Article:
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9 October 2014

Preventing rabies: the dog jabs that can save humans

Responsibility for treatment of infected people falls on human health services. It is difficult to create an alliance against rabies until animal and human health experts co-ordinate.

By Michael Brooks

By the time you read this, more than 3,000 people will have died in the current Ebola outbreak in West Africa. Barack Obama has said that the world is not doing enough to counter the disease. This may be true but there are other diseases more worthy of an international collaborative effort.

Ebola has a strange power over us. Its rapid spread and dramatic symptoms (bleeding from the eyes, for instance) and high kill rate evoke a panic response. But as Seth Berkley, who leads the Global Alliance for Vaccination and Immunisation (Gavi), has said, we should probably be more concerned about the resurgence of measles, the persistent killing power of dengue shock syndrome and the creeping number of cases of rubella and pertussis, also known as whooping cough. And then there’s rabies. The disease has an almost 100 per cent fatality rate, accounting for 69,000 deaths a year. It kills 75 children each day. The progression of the disease is, like Ebola, a slow agony that ends with multiple organ failure. But unlike Ebola, this disease is entirely preventable – and has been since 1885, when the first vaccine was developed.

In the 26 September issue of the journal Science, a group of researchers called for mass dog vaccination to counter the threat. Their pilot programme in Tanzania achieved 70 per cent immunity in the dog population by administering a rabies vaccine. This was enough to reduce the human rabies infection rate in the region from 50 per year to almost zero.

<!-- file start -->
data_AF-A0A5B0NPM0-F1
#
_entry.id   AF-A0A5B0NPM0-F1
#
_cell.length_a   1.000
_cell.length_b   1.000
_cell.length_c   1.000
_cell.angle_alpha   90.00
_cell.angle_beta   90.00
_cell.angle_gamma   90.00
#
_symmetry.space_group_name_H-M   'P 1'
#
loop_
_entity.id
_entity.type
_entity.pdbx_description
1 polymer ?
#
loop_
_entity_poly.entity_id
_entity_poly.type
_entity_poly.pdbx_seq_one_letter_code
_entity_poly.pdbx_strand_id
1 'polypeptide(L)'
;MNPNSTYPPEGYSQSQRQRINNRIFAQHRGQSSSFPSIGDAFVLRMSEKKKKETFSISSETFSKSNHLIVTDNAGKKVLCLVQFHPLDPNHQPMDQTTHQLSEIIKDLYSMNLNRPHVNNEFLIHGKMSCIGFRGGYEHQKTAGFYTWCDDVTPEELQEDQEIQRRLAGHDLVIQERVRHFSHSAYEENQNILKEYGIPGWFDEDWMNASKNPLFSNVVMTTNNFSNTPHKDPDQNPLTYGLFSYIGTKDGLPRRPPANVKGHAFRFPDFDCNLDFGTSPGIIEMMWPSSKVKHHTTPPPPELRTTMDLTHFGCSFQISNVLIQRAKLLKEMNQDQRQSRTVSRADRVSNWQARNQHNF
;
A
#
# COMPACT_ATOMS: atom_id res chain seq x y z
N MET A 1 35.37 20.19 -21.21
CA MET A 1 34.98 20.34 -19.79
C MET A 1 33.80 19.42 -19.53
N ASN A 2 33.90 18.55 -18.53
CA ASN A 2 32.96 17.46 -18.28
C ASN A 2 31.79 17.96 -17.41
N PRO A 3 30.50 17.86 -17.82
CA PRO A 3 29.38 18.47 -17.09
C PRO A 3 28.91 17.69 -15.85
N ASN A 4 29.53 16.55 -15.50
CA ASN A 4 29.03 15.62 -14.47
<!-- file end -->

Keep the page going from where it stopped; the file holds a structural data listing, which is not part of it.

The main reason the rabies threat hasn’t been tackled is what the researchers term the “responsibility gap”. As they point out, the only infectious diseases we have ever eradicated are smallpox and rinderpest. One is an exclusively human infection; the other exclusively animal. Dogs, which are the main reservoir for the rabies virus, are the province of veterinarians. Responsibility for treatment of infected people (95 per cent of whom are in Africa and Asia) falls on human health services. It is difficult to create an alliance against rabies until animal and human health experts co-ordinate to pool funding.

It wouldn’t take vast resources. A dog vaccination programme would cost significantly less than is spent on treating people who have been exposed to the virus (the saving would be particularly valuable in Asia, where 90 per cent of such treatments take place). Initially, vaccination requires about $200 per square kilometre, the researchers estimate. Once the local pooches are rabies-free, the cost of maintaining the required 70 per cent immunity is about half that.

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And don’t be sidelined by the myth that roaming packs of strays are a problem. Studies show that less than 11 per cent of dogs in African countries are ownerless and the trial programmes have successfully vaccinated what the researchers coyly term “community dogs”.

Not that rabies is an exclusively canine issue. The most recent death in the UK, which occurred in 2002, came from a bat bite. That’s also true of the US: in 2011, a woman in South Carolina died of rabies after being bitten by a bat that had flown into her bedroom. Yet bats are not big reservoirs for the virus. In the UK, the infection rate is about ten per 12,000. The last time a British bat was found to be carrying rabies was in 2008.

This low level of bat-borne infection may be because we have been so successful with our canine immunisation programmes. Research in Africa suggests that other animal species in the locality become rabies-free once local dogs are immunised.

What is needed now is a coalition committed to make that happen. Ebola can wait.

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